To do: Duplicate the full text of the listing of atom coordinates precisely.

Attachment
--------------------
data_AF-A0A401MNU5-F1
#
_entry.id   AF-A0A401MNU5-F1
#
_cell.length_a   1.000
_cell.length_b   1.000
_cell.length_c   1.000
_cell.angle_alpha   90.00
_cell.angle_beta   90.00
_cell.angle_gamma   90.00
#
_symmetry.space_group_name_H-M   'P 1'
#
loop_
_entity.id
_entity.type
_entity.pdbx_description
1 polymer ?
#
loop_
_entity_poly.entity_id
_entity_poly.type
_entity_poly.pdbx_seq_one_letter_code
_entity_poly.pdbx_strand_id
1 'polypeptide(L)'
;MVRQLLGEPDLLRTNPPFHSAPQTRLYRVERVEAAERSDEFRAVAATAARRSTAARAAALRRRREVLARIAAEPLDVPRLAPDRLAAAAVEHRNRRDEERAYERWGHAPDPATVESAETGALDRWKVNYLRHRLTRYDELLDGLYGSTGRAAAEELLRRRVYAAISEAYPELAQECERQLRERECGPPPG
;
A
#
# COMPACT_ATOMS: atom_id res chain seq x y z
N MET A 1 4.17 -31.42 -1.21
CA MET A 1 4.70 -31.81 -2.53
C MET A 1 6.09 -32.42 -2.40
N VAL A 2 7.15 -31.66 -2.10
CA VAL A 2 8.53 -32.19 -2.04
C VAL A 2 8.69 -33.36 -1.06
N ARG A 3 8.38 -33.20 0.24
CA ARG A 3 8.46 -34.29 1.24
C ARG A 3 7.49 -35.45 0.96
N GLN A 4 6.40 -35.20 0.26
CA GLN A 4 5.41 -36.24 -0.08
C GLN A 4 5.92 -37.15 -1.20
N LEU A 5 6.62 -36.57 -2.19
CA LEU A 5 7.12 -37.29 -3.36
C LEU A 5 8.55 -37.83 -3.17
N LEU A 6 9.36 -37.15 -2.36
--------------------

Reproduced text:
data_AF-A0A401MNU5-F1
#
_entry.id   AF-A0A401MNU5-F1
#
_cell.length_a   1.000
_cell.length_b   1.000
_cell.length_c   1.000
_cell.angle_alpha   90.00
_cell.angle_beta   90.00
_cell.angle_gamma   90.00
#
_symmetry.space_group_name_H-M   'P 1'
#
loop_
_entity.id
_entity.type
_entity.pdbx_description
1 polymer ?
#
loop_
_entity_poly.entity_id
_entity_poly.type
_entity_poly.pdbx_seq_one_letter_code
_entity_poly.pdbx_strand_id
1 'polypeptide(L)'
;MVRQLLGEPDLLRTNPPFHSAPQTRLYRVERVEAAERSDEFRAVAATAARRSTAARAAALRRRREVLARIAAEPLDVPRLAPDRLAAAAVEHRNRRDEERAYERWGHAPDPATVESAETGALDRWKVNYLRHRLTRYDELLDGLYGSTGRAAAEELLRRRVYAAISEAYPELAQECERQLRERECGPPPG
;
A
#
# COMPACT_ATOMS: atom_id res chain seq x y z
N MET A 1 4.17 -31.42 -1.21
CA MET A 1 4.70 -31.81 -2.53
C MET A 1 6.09 -32.42 -2.40
N VAL A 2 7.15 -31.66 -2.10
CA VAL A 2 8.53 -32.19 -2.04
C VAL A 2 8.69 -33.36 -1.06
N ARG A 3 8.38 -33.20 0.24
CA ARG A 3 8.46 -34.29 1.24
C ARG A 3 7.49 -35.45 0.96
N GLN A 4 6.40 -35.20 0.26
CA GLN A 4 5.41 -36.24 -0.08
C GLN A 4 5.92 -37.15 -1.20
N LEU A 5 6.62 -36.57 -2.19
CA LEU A 5 7.12 -37.29 -3.36
C LEU A 5 8.55 -37.83 -3.17
N LEU A 6 9.36 -37.15 -2.36